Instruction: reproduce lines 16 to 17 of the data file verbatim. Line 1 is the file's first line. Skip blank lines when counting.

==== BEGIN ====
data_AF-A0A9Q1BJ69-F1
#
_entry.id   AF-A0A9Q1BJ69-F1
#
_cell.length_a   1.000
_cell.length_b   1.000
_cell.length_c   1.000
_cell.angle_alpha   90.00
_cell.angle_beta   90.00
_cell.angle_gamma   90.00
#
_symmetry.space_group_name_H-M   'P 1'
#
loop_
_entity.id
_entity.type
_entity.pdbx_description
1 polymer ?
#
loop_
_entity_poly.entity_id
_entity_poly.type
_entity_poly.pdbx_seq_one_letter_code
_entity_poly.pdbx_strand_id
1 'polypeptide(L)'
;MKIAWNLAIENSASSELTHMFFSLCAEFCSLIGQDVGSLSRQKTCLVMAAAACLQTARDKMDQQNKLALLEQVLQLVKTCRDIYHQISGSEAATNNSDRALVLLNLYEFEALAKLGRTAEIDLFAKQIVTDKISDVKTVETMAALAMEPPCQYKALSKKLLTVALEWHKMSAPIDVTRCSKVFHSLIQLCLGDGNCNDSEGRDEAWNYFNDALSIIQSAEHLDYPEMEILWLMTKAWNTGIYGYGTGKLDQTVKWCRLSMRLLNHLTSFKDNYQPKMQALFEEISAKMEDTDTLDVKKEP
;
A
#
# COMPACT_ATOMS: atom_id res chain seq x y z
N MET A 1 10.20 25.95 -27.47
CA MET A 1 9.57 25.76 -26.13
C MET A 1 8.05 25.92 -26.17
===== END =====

_entity.type
_entity.pdbx_description